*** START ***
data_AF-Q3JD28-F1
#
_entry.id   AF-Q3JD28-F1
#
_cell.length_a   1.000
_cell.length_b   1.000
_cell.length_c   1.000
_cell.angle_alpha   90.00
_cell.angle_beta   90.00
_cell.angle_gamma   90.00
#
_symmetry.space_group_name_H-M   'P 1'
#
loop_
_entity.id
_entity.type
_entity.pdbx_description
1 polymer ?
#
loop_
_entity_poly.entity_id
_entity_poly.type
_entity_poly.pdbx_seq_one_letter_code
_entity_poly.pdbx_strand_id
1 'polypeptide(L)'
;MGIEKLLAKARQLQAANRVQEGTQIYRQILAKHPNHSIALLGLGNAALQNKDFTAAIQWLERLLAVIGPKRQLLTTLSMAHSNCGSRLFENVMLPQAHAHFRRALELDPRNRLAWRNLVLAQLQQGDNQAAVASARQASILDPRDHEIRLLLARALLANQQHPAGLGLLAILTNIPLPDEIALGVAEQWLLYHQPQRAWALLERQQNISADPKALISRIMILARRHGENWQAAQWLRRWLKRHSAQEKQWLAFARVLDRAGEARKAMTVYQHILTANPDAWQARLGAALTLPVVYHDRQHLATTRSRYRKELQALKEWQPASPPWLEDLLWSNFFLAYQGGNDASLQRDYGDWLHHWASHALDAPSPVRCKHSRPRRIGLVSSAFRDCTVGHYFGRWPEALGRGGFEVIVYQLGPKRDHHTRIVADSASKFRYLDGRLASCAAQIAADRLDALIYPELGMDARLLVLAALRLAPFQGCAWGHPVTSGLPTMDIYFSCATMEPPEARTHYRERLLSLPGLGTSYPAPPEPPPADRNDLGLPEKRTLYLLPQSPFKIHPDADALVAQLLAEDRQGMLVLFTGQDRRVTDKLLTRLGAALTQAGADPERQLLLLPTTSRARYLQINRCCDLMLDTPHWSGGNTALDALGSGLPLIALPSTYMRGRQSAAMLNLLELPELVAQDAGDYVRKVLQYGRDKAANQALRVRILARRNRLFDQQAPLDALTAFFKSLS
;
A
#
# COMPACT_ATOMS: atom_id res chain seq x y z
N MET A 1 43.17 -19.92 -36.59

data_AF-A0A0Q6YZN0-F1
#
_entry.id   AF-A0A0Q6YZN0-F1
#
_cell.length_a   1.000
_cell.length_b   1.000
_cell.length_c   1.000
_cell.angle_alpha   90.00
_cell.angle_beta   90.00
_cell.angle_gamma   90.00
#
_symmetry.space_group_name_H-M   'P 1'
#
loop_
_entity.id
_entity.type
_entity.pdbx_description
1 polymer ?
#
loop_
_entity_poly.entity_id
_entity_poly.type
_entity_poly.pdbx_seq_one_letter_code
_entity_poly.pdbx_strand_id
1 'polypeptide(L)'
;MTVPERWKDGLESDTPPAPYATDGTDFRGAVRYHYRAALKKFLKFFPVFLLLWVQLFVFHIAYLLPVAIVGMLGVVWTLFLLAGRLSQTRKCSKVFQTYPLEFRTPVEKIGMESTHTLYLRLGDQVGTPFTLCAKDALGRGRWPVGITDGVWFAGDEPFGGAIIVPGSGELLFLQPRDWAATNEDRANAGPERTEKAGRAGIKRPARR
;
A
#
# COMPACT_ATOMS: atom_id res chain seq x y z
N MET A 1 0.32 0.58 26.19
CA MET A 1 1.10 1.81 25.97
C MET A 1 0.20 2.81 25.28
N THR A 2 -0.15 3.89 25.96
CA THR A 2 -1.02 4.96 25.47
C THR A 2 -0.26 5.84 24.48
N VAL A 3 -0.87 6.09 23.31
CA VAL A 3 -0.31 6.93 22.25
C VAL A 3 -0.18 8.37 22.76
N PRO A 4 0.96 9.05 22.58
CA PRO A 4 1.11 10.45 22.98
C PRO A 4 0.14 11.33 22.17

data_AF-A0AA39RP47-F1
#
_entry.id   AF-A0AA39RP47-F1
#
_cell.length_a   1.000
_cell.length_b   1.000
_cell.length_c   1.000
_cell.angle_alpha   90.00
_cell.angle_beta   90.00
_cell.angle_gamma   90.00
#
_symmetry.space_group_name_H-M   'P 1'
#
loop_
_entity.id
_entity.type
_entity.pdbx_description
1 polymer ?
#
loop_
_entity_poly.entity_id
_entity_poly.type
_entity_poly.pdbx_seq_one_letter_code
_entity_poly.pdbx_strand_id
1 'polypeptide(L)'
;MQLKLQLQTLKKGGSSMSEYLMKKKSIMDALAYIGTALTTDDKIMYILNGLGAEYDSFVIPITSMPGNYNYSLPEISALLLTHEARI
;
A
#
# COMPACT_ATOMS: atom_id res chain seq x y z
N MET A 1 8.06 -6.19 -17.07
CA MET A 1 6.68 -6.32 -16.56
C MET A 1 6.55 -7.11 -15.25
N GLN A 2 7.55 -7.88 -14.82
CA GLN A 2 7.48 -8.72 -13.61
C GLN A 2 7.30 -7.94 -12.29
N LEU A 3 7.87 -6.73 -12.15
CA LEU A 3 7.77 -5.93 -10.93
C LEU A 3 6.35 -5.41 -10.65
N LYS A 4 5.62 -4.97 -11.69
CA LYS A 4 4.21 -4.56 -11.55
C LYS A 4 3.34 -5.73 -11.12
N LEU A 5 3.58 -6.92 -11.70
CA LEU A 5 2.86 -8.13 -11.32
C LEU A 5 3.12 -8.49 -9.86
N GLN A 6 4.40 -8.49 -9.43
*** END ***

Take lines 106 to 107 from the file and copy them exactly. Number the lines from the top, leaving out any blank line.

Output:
C MET A 1 6.55 -7.11 -15.25
N GLN A 2 7.55 -7.88 -14.82